Tourism effort boosted
By G. Michael Dobbs
HOLYOKE -- A major effort to increase tourism to Holyoke was started last week with the release of a "Discover Holyoke" walking tour guide.
The guide, which includes maps to the city's cultural and historic attractions as well as lists of places to eat and stay, was funded by a tourism grant from the Massachusetts Turnpike Authority. The guide was formally released Wednesday at a press conference at Holyoke Heritage State Park called by PassportHolyoke, a coalition of businesses and attractions in the city.
The group includes Holyoke Heritage State Park, the Children's Museum of Holyoke, the Holyoke Civic Symphony, Massachusetts International Festival of the Arts, Wistariahurst Museum, Open Square, Wire Monkey Dance, the Volleyball Hall of Fame, the Holyoke Public Library and the Holyoke Merry-Go-Round, among others.
Melissa Boiselle, the director of the Wistariahurst Museum, said the brochure was "a long time coming."
State Sen. Michael Knapik, said, "This is a fabulous way to brand the city of Holyoke."
Knapik added that in the era of "staycations," places such as Holyoke with a group of attractions are still relevant.
The initial print run of 25,000 copies will be distributed in a variety of venues in the region and the PassportHolyoke Web site -- www.passportHolyoke.org
-- will also be updated with events.
Maureen Costello from the Holyoke Merry-Go-Round noted there are many visitors to the vintage amusement park ride ask about what else there is to do in the city. With the brochure, she said, "We are not in a more advantageous to answer [those questions.]"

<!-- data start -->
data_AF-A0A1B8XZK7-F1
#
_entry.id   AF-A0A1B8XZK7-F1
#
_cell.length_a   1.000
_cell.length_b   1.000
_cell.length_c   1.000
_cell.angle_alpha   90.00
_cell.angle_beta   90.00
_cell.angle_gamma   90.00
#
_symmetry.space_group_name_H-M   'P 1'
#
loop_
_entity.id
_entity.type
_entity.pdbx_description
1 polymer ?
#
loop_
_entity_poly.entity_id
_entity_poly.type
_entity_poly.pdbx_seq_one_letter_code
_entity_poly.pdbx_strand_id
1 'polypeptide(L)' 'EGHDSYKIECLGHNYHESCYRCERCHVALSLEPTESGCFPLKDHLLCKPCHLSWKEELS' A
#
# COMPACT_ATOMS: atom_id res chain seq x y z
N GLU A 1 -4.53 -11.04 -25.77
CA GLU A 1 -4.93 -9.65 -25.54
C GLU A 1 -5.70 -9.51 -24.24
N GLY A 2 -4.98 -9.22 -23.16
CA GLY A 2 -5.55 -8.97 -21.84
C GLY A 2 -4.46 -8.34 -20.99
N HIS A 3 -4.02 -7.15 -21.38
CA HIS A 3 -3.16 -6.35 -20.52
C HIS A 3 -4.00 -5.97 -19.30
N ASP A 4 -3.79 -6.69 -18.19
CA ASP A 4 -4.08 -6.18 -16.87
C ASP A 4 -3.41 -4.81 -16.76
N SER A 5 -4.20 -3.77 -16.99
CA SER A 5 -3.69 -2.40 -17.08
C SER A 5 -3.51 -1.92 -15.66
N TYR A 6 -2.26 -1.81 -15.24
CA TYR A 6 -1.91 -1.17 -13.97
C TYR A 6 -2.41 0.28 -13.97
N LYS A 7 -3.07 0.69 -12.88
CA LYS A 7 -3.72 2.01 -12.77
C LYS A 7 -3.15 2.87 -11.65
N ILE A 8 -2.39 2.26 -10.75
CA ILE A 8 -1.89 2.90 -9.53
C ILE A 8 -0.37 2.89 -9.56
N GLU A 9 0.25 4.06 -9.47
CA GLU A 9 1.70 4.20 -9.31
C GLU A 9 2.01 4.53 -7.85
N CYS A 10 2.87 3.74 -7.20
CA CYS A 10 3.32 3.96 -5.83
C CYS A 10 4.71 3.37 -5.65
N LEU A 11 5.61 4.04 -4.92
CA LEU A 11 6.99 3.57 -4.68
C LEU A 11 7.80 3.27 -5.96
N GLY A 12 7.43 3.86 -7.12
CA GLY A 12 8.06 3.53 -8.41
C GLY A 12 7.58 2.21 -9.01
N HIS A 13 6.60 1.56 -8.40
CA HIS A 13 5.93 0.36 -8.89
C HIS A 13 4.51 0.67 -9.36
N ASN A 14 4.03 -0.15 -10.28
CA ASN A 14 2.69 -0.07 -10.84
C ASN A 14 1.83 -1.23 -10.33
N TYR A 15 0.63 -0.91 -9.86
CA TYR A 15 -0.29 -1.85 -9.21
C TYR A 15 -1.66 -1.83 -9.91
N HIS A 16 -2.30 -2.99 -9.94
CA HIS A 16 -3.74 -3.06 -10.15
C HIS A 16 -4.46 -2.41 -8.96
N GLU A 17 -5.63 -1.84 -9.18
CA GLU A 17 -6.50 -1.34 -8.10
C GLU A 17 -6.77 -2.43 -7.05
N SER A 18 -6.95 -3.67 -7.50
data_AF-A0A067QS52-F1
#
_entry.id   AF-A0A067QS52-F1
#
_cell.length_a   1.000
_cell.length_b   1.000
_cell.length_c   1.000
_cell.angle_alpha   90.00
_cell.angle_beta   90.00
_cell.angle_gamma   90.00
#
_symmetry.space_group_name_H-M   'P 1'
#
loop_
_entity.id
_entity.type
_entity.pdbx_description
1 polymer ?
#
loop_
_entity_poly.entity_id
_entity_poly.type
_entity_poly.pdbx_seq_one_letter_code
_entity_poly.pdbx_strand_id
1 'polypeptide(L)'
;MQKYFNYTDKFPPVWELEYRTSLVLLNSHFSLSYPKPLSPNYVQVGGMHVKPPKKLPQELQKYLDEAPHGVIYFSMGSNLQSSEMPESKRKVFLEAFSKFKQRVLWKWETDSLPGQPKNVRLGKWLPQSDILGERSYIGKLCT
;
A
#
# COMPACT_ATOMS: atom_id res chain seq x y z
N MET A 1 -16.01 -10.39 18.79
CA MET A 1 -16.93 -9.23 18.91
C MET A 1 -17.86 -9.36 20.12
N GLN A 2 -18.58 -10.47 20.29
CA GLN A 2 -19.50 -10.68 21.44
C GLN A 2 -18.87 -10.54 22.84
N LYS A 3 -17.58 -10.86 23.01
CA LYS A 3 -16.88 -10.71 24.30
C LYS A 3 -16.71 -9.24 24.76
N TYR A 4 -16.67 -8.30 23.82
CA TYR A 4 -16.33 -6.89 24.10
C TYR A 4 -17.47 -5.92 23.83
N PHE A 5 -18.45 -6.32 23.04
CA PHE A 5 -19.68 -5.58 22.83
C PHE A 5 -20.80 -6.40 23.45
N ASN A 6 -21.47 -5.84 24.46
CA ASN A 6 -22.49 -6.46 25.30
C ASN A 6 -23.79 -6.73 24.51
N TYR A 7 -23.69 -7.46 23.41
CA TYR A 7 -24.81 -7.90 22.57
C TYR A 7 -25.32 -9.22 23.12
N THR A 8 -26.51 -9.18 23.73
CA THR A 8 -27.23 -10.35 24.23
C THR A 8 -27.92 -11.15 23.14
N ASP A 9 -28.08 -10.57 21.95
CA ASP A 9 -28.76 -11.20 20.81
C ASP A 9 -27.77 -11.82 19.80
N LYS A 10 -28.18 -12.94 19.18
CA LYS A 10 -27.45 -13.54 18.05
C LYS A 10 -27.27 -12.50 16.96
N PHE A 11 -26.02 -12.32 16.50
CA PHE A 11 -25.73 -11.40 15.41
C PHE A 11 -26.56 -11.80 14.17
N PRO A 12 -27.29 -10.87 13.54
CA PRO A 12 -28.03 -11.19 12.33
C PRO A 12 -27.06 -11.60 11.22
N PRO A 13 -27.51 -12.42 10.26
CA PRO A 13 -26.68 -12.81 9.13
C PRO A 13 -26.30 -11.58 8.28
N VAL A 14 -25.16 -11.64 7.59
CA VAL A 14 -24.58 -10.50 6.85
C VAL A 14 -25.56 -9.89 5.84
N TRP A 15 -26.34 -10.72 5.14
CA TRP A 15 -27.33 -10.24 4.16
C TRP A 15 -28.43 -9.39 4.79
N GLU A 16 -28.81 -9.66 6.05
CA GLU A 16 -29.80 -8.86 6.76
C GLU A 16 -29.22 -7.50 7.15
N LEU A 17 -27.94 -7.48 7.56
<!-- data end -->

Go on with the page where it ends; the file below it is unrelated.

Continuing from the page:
Gerry Fitzsimmons, the executive director of the Volleyball Hall of Fame said the brochure would help his organization. Hall is planning a month of events this October, including this year's induction.
"We bring in visitors from literally around the world," he noted.
PassportHolyoke is planning its first PassportHolyoke day this fall that will include bus tours of the city as well as other events.
The announcement of the PassportHolyoke brochure was accompanied with one concerning the installation of three exhibits on Holyoke's history as a part of a citywide project to encourage historical tourism called "Creating Holyoke." The city's historian, Kate Thibodeau explained the exhibits were funded part of a $399,950 grant to the city from the National Endowment for the Humanities.
Those funds have also been used to develop signage for walking and driving tours of the city and for a Creating Holyoke Institute that instructs teachers on the history of the city. A Creating Holyoke Web site -- www.creatingholyoke.org
-- was also installed.
Three sets of permanent exhibits were also developed through the funding. The exhibits at Holyoke Heritage State Park deal with the waves of immigrants who came to the city, while the one at Children's Museum at Holyoke is about family life and the exhibit at Wistariahurst Museum is about recreation.
At Holyoke Heritage State Park, visitors can sit rocking in mini-recreations of front porches and listen to recorded oral histories if the immigrant experience to the city. The park also now features in its lobby an extensive display of Holyoke artifacts ranging from souvenirs form the Mt. Tom Summit House to items made by Holyoke businesses.
The grant also underwrote a documentary that will be seen on WBGY this fall on the past, present and future of the city.
Jose Bou, who owns Salsarengue Restaurant at 392 High St., said he is hopeful about the future of the Paper City.
"Holyoke is the next frontier," he said.